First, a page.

Taste

Wee hours of Thursday.

The wet weather continues. I think that with the current trends in psychology, certain good things are being forgotten, or maybe just not discussed anymore. I have a painting by Picasso in my mind called Joie de Vivre, made to celebrate the end of WW2 and remind us of the things that give us happiness. Today’s culture looks upon such things with incomprehension. I remember giving a book of Salvador Dali to a friend who I thought could use it because she had an interest in being an artist. A few days later she returned it to me saying that it was bizarre. But the art really expressed some truths of psychoanalysis that apparently were above her head. At the time, I took the rejection hard, so I gave the book away to St Vinnie’s, now to my regret… It was a beautiful book that I bought from Borders for only twenty dollars, and a very full collection of his paintings… I guess the point is to trust yourself when you find something of great value to you, and persist in the face of the world’s ignorance. Public opinion is cheap and uninformed. Everything is geared towards making money, whether or not they’re selling quality. If nothing gold can stay, then it’s also true that cream rises to the top. In the end it’s not about the money, or the kind of gold I mean is psychological, and what Mephistopheles has to offer in the second part of Faust… When people are blind and obtuse, just consider the source if they say your taste is bizarre. Whoever said taste makes waste was an idiot.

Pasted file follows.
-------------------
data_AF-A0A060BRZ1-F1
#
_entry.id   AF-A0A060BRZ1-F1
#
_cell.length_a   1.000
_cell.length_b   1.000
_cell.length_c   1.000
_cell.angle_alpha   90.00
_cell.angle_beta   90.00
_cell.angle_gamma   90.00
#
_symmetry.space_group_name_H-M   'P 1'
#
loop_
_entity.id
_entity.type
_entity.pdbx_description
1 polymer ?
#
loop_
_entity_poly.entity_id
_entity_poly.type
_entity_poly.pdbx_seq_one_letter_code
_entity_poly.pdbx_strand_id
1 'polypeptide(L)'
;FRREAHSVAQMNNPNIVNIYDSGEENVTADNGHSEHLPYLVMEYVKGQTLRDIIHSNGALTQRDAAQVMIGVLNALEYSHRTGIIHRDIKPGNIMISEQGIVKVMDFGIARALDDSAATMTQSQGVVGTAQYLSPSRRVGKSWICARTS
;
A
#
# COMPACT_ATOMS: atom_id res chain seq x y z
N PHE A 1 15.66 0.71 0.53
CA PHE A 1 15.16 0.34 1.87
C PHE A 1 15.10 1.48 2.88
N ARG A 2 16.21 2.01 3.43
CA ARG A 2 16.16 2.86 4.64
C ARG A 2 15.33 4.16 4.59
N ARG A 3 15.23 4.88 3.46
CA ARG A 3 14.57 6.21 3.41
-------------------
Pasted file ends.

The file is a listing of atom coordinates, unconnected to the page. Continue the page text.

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Lament

I’ve been meaning to read Jacob’s Room someday. Maybe now is a good time. If only I could warp time back to 1994 and be a student again! I would take a course in Woolf in a second. It’s such a beautiful day, I guess I’ll start Jacob’s Room right now. I want something for inspiration, so Virginia Woolf is a good choice.

Two o’clock. Jacob’s Room is about undergraduate life at Cambridge in 1906. Very intellectual stuff. Some people would hate it for that reason. But Woolf speaks of higher learning very reverently. It’s interesting to see her allusions to the works that constituted the old canon, the one I knew as a student. Now history all but forgotten. Shakespeare was once a towering literary figure. Since the Millennium, just another name. There are no more intellectual giants in our culture, for better or worse. What we once venerated and exalted as great is now on a par with the mediocre. We have proven that crap is king. We’ve dumbed ourselves down. We don’t have to work so hard mentally, thanks to technological progress. We don’t have to think about anything. The answers are all provided. Thus, reading Woolf is like time travel to a better past when there were no computers to do our thinking. No tablets to finish our words for——